Syria By Cadet Mullens
Area:185,180 sq km, slightly larger than North Dakota land: 184,050 sq km water: 1,130 sq km Terrain: primarily semiarid and desert plateau; narrow coastal plain; mountains in west. lowest point: unnamed location near Lake Tiberius -200 m highest point: Mount Hermon 2,814 m Climate: mostly desert; hot, dry, sunny summers (June to August) and mild, rainy winters (December to February) along coast; cold weather with snow or sleet periodically in Damascus.
chief of state: President Bashar al-ASAD unicameral People's Council or Majlis al-shaab (250 seats; members elected by popular vote to serve four-year terms) elections: last held 2-3 March 2003 (next to be held NA 2007) election results: percent of vote by party - NPF 67%, independents 33%; seats by party - NPF 167, independents 83; note - the constitution guarantees that the Ba'th Party (part of the NPF alliance) receives one-half of the seats
A traditional method of plowing, near Menbij, Syria. Such methods are still used in countries where mechanized farming is rare, and in developing countries where mechanization is common but the animals can still be used on very small plots or where the ground is too muddy to support a tractor.
Syrian war tank • This Iraqi T-72 tank was captured during the Persian Gulf War. T-72s were exported to the former Warsaw member states, India, Iran, Syria, Algeria, Kuwait, Libya, Finland and Yugoslavia.In the background is a U.S. M-60 Main Battle Tank.
For more than 4,000 years the area known as Syria has been populated by successive waves of Semitic peoples, including nomadic tribes. It has also been a battleground for myriad conquerors, including Akkadians, Assyrians, Hittites, Babylonians, Egyptians, Persians, Macedonian Greeks, Romans, Byzantines, Arabs, European Crusaders, Kurds, Ottomans, and the French. Countless dynasties, whether local or foreign, have ruled the area From the time of the Arab conquest in the seventh century A.D. until it became part of the Ottoman Empire in the sixteenth century, the region was repeatedly invaded, occupied, merged, and fragmented. Syrian armed units were formed under the Umayyad caliphate during the eighth century A.D. and for the next 100 years played an important role in the Arab campaign against the Byzantine Empire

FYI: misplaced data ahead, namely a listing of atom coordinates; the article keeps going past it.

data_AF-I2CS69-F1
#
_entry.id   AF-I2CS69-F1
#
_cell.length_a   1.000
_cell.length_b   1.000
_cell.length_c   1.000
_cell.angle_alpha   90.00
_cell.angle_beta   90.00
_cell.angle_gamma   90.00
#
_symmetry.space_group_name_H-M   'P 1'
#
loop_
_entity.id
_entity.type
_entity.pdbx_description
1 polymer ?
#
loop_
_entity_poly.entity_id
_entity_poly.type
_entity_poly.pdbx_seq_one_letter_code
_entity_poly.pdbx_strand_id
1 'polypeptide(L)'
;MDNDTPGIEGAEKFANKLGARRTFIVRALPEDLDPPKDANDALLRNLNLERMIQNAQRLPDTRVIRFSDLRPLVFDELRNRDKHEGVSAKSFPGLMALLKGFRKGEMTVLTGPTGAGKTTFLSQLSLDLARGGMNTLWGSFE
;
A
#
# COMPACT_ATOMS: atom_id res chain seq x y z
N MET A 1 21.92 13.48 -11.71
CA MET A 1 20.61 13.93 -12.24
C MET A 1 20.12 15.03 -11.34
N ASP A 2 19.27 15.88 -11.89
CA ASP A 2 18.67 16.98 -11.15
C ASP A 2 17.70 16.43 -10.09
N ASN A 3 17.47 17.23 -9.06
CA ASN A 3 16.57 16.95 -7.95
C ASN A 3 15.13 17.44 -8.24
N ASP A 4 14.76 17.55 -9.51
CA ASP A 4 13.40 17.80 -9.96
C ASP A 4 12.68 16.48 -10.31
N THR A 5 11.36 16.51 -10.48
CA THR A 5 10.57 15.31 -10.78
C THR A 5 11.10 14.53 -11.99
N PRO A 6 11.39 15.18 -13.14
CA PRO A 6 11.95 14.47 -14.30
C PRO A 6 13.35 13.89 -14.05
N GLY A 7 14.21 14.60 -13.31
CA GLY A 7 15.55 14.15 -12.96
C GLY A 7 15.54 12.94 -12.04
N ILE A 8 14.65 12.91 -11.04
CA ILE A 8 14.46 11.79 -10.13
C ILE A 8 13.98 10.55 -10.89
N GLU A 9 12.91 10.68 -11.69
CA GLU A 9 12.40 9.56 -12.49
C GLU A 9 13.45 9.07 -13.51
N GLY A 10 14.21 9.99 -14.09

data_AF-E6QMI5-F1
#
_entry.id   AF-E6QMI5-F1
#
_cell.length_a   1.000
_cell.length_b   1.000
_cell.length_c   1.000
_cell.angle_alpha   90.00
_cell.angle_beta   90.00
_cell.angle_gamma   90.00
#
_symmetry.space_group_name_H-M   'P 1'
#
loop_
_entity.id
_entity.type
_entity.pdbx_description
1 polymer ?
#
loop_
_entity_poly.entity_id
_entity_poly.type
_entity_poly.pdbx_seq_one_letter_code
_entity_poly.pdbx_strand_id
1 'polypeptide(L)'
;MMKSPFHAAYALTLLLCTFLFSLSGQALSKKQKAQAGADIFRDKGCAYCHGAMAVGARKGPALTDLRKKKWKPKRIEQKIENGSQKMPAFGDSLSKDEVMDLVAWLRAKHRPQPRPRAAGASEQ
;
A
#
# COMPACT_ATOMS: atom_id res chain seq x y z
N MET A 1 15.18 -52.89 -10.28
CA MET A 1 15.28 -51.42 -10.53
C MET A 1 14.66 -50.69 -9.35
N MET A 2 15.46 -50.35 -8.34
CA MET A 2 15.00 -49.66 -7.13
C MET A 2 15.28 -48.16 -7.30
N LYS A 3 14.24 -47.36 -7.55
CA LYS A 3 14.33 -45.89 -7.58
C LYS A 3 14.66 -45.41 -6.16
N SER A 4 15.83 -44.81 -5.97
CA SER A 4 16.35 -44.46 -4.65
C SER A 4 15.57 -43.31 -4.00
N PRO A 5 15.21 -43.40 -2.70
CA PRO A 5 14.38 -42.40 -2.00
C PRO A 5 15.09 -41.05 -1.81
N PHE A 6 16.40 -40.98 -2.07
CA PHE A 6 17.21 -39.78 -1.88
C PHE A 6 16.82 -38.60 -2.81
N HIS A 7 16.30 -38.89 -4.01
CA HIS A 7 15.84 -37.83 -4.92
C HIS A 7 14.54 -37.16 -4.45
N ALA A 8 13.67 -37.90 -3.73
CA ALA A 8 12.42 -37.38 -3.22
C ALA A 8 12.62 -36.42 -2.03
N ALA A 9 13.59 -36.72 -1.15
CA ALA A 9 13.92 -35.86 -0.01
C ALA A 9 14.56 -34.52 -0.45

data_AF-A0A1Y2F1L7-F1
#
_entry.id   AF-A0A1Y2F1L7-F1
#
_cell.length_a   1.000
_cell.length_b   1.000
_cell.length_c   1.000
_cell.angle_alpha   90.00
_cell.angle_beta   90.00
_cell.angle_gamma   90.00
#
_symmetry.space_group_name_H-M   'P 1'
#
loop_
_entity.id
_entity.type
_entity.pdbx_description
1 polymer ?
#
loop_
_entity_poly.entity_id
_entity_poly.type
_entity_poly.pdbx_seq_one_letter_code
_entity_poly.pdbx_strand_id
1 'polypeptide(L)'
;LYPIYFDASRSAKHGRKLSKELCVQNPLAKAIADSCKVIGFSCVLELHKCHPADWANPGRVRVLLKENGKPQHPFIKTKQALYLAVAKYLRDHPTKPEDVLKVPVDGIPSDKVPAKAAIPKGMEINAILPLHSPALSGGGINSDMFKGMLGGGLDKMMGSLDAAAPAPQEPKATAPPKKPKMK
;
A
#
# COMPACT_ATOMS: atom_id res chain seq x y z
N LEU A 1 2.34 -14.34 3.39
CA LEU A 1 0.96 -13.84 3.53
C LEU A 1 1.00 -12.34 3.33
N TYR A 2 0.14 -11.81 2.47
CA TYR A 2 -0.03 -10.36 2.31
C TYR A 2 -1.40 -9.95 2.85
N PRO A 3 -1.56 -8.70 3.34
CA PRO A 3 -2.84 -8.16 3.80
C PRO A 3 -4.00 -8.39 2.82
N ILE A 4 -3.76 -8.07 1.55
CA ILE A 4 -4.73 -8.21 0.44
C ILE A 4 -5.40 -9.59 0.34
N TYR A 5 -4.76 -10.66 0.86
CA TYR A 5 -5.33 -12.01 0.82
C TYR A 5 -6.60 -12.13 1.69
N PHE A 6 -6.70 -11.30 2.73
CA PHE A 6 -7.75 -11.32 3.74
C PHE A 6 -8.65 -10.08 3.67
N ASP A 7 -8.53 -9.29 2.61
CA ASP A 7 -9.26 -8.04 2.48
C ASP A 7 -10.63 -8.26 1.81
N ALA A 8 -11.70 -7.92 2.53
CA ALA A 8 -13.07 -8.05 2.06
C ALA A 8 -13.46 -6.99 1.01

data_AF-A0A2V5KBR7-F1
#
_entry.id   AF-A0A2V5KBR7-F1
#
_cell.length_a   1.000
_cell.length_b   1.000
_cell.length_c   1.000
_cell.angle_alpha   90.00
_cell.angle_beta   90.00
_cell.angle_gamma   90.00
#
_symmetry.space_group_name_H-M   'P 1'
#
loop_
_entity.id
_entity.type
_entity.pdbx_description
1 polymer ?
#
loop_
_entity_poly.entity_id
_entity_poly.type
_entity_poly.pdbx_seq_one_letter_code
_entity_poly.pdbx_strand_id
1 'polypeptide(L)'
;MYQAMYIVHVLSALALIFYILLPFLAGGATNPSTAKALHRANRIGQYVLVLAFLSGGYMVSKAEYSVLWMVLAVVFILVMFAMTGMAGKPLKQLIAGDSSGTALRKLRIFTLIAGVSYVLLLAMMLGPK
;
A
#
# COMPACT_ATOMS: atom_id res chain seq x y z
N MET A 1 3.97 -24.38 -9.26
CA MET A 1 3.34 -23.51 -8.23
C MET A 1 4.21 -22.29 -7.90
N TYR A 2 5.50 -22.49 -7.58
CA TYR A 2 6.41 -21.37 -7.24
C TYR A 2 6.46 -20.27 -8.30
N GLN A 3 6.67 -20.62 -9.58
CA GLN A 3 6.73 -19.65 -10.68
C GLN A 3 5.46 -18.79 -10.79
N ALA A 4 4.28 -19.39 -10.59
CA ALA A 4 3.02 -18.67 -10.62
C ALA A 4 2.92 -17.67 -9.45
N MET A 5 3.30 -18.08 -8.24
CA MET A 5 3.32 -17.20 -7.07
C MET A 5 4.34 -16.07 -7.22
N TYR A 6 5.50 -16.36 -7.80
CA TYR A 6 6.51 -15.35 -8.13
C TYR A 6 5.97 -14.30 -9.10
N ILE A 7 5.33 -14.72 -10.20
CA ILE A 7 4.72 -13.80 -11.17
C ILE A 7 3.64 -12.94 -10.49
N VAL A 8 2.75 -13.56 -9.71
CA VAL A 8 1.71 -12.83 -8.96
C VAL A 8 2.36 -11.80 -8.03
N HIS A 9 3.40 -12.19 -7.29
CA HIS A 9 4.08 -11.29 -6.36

Bosra is an extremely ancient city mentioned in lists of Tutmose III and Akhenatcn in the fourteenth century BC. The first Nabataean city in the 2nd century BC, it bore the name Buhora, and then Bustra during Hellenistic period. Later the Romans took an active interest in the city, and at time of Emperor Trajan it was made the capital of the Province of Arabia (in 106 BC) and was called Neatrajana Bustra.
The city flourished when became a crossroads on the caravan routes and the official seat and residence of the Imperial Legate. After the decline of the Roman Empire, Bosra played a significant role in the history of early Christianity. It was also linked to the rise of Islam, when a Nestorian monk called Bahira met the young Mohammad (pbuh) when his caravan stopped at Bosra, and predicted his prophetic vocation and the faith he was going to initiate.